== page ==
“What gets measured, gets managed.”
Are you familiar with management guru Peter Drucker‘s famous quote? Here’s my version: measurement motivates.
That is, the simple act of paying attention to something inevitably leads to improvement in those areas – and often without noticeable effort. I love this story that Tim Ferriss, author of The Four-Hour Workweek and himself a tracking fiend, tells about Phil Libin, the CEO of Evernote.
“Phil had tried diets and exercise but it was inconvenient, it took time and he’d always regained the weight. He decided to see if there was a lazier way. He simply weighed himself every morning and created a spreadsheet with a graph in Excel. He had a slope going from where his current weight was, to his ideal weight. The graph also had a maximum allowable weight line and a minimum allowable weight. He would weigh himself and see where he was on that graph.”
Guess what: Phil didn’t consciously try to improve his diet or get more exercise. But the subtle effect of awareness on thousands of tiny subconscious decisions led to him losing between 30 and 50 pounds.
Count Something Interesting
In Better: A Surgeon’s Notes on Performance, Atul Gawande writes: “If you count something you find interesting, you will learn something interesting.”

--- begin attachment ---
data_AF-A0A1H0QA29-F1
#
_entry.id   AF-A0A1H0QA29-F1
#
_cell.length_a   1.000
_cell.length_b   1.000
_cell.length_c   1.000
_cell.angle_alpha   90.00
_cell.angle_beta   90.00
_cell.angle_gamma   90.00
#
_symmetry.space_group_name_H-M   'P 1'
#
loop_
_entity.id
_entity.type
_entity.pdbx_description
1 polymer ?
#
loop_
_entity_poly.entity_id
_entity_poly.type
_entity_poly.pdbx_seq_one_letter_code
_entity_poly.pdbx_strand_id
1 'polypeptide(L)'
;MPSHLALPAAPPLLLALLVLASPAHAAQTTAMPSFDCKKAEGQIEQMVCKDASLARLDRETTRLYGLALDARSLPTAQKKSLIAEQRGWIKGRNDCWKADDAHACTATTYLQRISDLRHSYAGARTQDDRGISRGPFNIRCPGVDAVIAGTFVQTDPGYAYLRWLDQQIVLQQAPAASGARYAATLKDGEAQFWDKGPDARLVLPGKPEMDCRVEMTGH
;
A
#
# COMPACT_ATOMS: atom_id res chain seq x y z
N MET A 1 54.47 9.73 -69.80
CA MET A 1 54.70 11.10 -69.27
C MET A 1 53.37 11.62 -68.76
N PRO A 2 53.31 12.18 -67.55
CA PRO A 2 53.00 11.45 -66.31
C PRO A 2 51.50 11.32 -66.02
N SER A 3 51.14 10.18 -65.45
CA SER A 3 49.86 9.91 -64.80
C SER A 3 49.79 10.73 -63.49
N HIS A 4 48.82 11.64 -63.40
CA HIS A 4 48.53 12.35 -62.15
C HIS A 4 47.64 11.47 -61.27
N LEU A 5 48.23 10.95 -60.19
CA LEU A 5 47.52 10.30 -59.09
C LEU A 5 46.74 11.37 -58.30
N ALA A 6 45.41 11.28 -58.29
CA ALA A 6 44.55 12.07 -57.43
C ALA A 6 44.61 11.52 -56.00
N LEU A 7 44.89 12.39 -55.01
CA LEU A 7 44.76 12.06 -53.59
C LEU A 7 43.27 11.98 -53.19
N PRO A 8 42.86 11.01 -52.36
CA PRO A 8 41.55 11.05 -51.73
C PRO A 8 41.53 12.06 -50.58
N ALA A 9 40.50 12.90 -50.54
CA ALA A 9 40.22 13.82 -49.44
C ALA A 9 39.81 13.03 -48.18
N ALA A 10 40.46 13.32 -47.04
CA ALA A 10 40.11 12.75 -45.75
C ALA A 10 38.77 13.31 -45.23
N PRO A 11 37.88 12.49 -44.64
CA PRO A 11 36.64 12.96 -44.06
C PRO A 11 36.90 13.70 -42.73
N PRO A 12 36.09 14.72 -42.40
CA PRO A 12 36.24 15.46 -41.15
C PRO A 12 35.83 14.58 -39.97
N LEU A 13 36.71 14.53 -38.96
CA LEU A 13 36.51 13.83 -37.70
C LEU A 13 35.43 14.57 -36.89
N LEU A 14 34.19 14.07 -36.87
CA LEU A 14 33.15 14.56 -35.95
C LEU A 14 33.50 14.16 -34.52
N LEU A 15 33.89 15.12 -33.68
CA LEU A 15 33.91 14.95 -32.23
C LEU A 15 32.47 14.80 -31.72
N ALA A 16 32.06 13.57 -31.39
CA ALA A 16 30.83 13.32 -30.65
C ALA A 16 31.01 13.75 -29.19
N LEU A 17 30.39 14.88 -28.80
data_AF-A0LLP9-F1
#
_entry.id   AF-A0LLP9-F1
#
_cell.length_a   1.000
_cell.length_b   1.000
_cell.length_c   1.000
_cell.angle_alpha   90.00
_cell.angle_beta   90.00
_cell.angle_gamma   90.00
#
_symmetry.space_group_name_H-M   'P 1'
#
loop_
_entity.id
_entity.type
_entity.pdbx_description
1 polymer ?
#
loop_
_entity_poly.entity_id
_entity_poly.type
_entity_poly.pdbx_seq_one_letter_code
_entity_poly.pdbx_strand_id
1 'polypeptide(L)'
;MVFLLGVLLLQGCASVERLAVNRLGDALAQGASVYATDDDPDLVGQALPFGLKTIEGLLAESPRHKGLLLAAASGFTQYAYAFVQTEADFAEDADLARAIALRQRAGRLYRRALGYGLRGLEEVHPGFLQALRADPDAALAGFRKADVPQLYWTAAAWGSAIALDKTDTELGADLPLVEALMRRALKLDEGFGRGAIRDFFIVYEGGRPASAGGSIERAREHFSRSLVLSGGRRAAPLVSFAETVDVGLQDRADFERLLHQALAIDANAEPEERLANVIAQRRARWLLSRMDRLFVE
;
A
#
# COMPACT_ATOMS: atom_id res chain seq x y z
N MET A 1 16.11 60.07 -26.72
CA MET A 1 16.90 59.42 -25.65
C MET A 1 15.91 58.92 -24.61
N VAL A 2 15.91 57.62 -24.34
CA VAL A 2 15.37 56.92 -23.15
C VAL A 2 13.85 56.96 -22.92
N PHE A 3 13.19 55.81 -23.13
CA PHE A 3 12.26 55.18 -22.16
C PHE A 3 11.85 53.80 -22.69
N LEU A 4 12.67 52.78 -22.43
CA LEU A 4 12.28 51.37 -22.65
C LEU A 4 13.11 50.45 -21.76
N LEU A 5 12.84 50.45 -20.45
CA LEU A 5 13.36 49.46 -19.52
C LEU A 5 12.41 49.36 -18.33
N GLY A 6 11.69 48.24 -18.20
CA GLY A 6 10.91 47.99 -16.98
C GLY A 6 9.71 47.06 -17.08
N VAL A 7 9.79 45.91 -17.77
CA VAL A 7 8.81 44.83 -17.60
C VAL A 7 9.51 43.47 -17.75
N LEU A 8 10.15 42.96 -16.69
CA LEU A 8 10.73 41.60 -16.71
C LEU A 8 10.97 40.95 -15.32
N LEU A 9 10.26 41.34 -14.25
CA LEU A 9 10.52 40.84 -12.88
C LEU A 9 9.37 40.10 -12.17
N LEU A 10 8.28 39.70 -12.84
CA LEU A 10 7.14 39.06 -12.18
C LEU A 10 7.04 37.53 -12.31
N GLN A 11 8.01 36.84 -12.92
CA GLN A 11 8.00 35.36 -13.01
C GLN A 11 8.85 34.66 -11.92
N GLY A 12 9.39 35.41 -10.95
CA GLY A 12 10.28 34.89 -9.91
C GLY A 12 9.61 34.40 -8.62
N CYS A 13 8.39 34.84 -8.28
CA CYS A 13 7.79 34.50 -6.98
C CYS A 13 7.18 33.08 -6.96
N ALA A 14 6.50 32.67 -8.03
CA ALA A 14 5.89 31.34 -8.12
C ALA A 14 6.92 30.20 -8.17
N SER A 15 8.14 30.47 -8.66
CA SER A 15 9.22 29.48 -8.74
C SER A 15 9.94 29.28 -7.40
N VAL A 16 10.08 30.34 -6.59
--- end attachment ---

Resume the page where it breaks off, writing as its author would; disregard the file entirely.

When he was a resident, he began counting how often surgical patients ended up with an instrument or sponge forgotten inside them. Although it didn’t happen often – about one in fifteen thousand operations (phew!) – when it did, there were serious ramifications.
With a little more sophisticated tracking, Atul found that the mishaps occurred predominantly in patients undergoing emergency operations that revealed the unexpected (such as cancer when the surgeon had anticipated only appendicitis). This led him to work with some colleagues to come up with a device that could automate the tracking of sponges and instruments.
Measure What’s Important
It’s also important to measure something important — to you. For businesses, it may not necessarily be the bottom line. In Start With Why, Simon Sinek shares the example of Bridgeport Financial founder Christina Harbridge, who wanted to create a different kind of collections agency.
Rather than using the typical harassing tactics, she believed that people would respond positively when treated with respect and integrity. So instead of incenting employees according to the amount of money they collected, she rewarded them based on the number of thank-you notes they sent out. Ultimately, she created a culture that valued and listened to individuals – despite the fact that they owed money.
What are you going to track?
- Productivity: How often do your team meetings start/end on time?
- Work-life balance: How often do you leave the office by 6:00 pm?
- Effectiveness: How many cold calls does it take to make an appointment?
- Health: How many nights do you sleep eight hours or more?
- Finances: How much do you spend on legal services?